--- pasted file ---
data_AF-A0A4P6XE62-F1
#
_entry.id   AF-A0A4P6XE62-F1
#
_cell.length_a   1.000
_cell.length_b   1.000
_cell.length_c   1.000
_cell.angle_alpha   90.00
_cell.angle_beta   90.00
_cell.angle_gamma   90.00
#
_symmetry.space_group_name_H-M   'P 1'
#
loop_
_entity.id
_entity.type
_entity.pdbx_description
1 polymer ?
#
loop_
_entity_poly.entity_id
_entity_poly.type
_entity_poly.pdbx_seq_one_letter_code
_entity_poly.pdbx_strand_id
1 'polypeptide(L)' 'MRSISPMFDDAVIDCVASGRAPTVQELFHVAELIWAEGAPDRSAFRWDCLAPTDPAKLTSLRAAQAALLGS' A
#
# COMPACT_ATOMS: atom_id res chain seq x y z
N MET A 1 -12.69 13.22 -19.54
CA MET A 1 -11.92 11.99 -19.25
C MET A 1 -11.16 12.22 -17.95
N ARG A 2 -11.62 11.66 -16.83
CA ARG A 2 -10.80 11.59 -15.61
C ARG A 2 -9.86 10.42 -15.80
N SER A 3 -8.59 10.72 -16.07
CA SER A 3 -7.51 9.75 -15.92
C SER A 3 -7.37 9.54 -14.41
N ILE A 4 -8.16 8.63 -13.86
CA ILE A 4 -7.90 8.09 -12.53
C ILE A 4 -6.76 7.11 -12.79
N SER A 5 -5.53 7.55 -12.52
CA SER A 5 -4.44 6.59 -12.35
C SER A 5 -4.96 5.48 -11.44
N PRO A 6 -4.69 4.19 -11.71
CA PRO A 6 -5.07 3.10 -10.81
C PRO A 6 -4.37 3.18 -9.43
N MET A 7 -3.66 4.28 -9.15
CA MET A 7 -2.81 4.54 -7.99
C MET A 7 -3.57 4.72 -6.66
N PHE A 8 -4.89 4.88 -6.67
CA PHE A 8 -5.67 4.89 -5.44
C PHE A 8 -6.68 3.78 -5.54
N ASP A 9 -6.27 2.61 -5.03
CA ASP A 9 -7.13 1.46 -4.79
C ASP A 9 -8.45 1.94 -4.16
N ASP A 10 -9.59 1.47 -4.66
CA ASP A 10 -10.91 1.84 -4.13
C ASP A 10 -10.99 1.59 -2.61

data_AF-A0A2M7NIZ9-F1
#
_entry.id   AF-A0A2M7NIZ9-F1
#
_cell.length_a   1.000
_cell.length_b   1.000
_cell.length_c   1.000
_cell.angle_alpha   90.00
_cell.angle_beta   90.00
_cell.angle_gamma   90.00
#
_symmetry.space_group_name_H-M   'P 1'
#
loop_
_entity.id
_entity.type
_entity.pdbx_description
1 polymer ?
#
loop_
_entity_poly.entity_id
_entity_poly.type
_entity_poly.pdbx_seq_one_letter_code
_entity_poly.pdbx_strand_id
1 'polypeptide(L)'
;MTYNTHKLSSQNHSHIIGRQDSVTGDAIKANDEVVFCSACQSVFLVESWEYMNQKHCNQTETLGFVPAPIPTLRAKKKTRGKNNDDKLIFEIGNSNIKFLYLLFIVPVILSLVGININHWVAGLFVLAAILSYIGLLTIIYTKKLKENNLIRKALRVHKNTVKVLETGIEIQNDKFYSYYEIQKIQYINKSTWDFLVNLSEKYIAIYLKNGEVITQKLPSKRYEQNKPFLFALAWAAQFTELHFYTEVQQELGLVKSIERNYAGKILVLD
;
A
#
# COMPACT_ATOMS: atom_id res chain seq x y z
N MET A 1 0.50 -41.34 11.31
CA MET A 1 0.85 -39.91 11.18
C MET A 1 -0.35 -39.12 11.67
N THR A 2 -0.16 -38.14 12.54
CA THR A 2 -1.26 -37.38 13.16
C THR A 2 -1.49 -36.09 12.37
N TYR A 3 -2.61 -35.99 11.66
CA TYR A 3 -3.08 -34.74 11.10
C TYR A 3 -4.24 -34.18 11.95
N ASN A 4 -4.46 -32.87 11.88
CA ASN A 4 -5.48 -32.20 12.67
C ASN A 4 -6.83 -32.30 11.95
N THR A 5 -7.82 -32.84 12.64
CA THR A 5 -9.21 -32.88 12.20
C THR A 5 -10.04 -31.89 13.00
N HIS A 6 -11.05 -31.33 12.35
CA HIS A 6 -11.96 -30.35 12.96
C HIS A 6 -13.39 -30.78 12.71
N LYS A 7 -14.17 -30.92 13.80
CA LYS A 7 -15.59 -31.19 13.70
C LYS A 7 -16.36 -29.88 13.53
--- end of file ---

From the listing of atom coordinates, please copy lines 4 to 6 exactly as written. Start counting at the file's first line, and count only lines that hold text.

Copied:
#
_cell.length_a   1.000
_cell.length_b   1.000